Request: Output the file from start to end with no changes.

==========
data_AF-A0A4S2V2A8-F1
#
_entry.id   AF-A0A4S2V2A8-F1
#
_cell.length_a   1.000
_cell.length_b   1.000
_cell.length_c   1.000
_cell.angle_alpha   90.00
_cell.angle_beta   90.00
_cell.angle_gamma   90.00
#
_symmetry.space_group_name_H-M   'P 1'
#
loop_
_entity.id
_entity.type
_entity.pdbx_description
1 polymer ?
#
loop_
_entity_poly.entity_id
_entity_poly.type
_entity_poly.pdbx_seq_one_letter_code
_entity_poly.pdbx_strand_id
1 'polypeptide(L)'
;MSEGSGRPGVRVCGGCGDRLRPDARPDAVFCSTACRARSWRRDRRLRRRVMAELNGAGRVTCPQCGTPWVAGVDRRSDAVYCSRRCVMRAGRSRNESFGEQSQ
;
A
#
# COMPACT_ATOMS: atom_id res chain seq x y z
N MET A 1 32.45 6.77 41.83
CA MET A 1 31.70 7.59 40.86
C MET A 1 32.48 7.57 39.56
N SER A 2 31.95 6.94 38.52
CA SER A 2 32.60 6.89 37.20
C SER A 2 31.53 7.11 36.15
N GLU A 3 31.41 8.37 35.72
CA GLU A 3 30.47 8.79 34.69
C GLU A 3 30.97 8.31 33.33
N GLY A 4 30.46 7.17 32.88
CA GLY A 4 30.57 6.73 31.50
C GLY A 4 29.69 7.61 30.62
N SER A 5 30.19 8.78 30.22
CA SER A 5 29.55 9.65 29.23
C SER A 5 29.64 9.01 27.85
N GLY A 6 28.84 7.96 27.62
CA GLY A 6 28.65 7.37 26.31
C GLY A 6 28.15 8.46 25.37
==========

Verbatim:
data_AF-A0A4S2V2A8-F1
#
_entry.id   AF-A0A4S2V2A8-F1
#
_cell.length_a   1.000
_cell.length_b   1.000
_cell.length_c   1.000
_cell.angle_alpha   90.00
_cell.angle_beta   90.00
_cell.angle_gamma   90.00
#
_symmetry.space_group_name_H-M   'P 1'
#
loop_
_entity.id
_entity.type
_entity.pdbx_description
1 polymer ?
#
loop_
_entity_poly.entity_id
_entity_poly.type
_entity_poly.pdbx_seq_one_letter_code
_entity_poly.pdbx_strand_id
1 'polypeptide(L)'
;MSEGSGRPGVRVCGGCGDRLRPDARPDAVFCSTACRARSWRRDRRLRRRVMAELNGAGRVTCPQCGTPWVAGVDRRSDAVYCSRRCVMRAGRSRNESFGEQSQ
;
A
#
# COMPACT_ATOMS: atom_id res chain seq x y z
N MET A 1 32.45 6.77 41.83
CA MET A 1 31.70 7.59 40.86
C MET A 1 32.48 7.57 39.56
N SER A 2 31.95 6.94 38.52
CA SER A 2 32.60 6.89 37.20
C SER A 2 31.53 7.11 36.15
N GLU A 3 31.41 8.37 35.72
CA GLU A 3 30.47 8.79 34.69
C GLU A 3 30.97 8.31 33.33
N GLY A 4 30.46 7.17 32.88
CA GLY A 4 30.57 6.73 31.50
C GLY A 4 29.69 7.61 30.62
N SER A 5 30.19 8.78 30.22
CA SER A 5 29.55 9.65 29.23
C SER A 5 29.64 9.01 27.85
N GLY A 6 28.84 7.96 27.62
CA GLY A 6 28.65 7.37 26.31
C GLY A 6 28.15 8.46 25.37